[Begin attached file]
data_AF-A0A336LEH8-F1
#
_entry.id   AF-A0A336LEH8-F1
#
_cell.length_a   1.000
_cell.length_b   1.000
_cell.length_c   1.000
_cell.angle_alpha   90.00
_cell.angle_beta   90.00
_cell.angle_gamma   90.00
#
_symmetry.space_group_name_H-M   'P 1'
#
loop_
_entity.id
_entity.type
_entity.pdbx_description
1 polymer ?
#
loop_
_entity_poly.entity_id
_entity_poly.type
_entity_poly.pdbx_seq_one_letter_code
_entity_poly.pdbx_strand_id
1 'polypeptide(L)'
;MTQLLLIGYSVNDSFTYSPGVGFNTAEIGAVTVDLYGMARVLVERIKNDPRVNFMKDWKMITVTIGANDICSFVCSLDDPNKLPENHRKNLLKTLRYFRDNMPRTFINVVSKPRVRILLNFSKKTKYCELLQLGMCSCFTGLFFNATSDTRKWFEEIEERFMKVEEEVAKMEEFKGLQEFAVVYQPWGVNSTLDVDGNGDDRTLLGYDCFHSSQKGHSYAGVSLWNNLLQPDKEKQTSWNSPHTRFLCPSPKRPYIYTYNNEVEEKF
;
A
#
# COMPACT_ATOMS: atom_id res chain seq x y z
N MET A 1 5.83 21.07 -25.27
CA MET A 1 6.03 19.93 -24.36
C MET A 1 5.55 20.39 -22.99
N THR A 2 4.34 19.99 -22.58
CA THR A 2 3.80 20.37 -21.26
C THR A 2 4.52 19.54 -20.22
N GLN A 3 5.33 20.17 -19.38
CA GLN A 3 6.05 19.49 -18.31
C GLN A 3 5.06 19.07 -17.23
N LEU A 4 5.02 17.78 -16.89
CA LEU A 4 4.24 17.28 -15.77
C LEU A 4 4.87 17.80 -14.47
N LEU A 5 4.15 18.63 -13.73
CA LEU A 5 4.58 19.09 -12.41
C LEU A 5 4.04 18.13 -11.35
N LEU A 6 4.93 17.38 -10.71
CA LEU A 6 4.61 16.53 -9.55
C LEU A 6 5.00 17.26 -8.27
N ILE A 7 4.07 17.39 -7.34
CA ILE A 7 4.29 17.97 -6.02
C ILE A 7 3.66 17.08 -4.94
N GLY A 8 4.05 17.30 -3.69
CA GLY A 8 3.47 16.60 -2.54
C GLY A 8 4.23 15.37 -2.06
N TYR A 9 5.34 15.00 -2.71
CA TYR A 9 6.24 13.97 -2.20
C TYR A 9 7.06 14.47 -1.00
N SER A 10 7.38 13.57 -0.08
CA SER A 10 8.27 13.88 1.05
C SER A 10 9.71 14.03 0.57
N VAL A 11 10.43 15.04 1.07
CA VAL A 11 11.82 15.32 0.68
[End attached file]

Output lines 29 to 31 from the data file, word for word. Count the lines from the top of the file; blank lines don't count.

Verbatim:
#
# COMPACT_ATOMS: atom_id res chain seq x y z
N MET A 1 5.83 21.07 -25.27